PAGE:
Tuesday, June 23, 2009

Hiking the Loop at Goshawk Ridge

Sometimes my attempts at birding put me firmly in my place as a novice, and sometimes that is just fine with me.
Yesterday afternoon was just such a time. I made a last second decision to hike in the Eldorado Mountain Open Space. I did this based on an email received from a member of the CObirds mailing list who has lead me to that area in the past with reports of good sightings or rarities. Yesterday afternoon and evening my streak of not seeing what had been reported to me continued unabated, but the area and birds that I did see more than made up for it. But for a moment lets focus on a family that is still far from being manageable for me, the flycatchers.
The fellow (or female) above was sociable enough, and willing to pose in the dappled sun for a good shot. That said, I have no confidence trying to assign a species name. With each site I visit or guide I flip through I become more convinced that these little fliers will remain unidentified in the field for some time to come. Worse, they are drawing me to a point that I had hoped to put off for at least a year, the reality that I will need to begin to use my ears more for identification.

Oh well, for yesterday at least I can let the flycatcher IDs go as I focused on two new life birds that I did identify, and the great experience I had in an area that is quickly becoming one of my flat out favorites.

The first new add I yesterday was this Lazuli Bunting, makes me think of a tough guy - messed up Bluebird.

In the same area, ironically within tens of yards of the hotspot where I was hoping to add the rarity, I got identifiable shots of this female Black-headed Grosbeak. It was a species that I had to wait for an ID on, until I was able to check the guidebook.

Later, after I had completed my loop, I returned the half mile to the drainage to see if I could sight the target species. I ended up finding the male in the same area where I had previously spotted the female. His portrait suffered as the light faded making exposures take longer. The appearance is so close to the Spotted Towhee that I wonder if I have dismissed these guys in the past.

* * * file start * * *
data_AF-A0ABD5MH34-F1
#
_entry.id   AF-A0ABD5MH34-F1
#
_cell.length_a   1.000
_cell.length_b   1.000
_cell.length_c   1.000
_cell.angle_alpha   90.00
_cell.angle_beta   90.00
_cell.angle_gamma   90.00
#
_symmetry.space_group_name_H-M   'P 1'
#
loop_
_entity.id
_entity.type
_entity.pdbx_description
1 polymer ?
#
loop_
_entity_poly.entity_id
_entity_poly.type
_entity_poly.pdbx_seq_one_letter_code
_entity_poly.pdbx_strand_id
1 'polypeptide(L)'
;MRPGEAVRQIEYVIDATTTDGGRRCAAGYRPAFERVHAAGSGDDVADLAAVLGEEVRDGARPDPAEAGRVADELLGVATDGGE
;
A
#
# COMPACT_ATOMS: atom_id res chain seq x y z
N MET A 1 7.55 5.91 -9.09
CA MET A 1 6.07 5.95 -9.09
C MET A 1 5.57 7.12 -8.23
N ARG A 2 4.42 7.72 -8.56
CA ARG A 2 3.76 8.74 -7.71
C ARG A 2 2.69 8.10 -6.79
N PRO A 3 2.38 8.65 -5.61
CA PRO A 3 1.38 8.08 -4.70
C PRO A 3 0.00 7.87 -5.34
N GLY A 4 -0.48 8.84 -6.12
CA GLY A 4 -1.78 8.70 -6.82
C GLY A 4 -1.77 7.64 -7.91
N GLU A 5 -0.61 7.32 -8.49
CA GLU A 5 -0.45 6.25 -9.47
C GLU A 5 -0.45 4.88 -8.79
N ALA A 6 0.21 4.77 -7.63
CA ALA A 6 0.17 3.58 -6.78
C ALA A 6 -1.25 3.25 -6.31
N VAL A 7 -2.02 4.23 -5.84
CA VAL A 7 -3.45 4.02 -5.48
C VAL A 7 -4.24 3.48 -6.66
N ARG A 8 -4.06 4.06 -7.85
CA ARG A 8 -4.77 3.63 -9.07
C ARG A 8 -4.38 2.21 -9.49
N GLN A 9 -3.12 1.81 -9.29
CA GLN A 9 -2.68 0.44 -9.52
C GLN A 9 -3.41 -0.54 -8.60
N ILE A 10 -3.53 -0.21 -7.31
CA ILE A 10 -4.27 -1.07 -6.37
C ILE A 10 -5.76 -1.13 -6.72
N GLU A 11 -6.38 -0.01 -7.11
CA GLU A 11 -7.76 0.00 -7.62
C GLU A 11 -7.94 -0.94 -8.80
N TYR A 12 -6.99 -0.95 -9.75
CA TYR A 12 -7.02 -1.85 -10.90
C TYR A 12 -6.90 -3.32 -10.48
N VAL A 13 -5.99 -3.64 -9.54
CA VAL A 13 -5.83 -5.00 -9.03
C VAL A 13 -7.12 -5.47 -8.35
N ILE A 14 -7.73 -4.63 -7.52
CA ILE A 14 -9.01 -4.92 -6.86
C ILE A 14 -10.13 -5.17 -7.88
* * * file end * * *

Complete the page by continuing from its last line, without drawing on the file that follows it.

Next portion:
In addition to the two new species and another twenty plus that I picked up along the way, I did add a species to my Colorado list that I have been watching for all along. As I reached the summit of my hike, I was downwind. I paused as I waited for a lone Mule Deer to notice me, rather than walking right up on it. It slowly lifted its head and took a casual look at me. Then we both noticed movement to the east. The first of a dozen Wild Turkeys crossed the small trail and began working their way up the wooded hillside away from the poppy decked meadow. I found it interesting that the deer followed their lead, and joined the group as it moved off into the cover of the trees. Deer will often use one another as an early warning system. I guess that one decided to join a new herd since none of its own kind were about.

So there it is, one of my first group of Colorado Turkeys. I had such a good time that I know I will be back sooner rather than later, and when I do who knows, maybe I will have listened to a few Flycatcher songs before I head up, perhaps even the song of the yet to be named in this space target bird. I do know that I have all the makings for a non-bird post on this hike it was that good.
2009 Count: 163
Lifetime: 174

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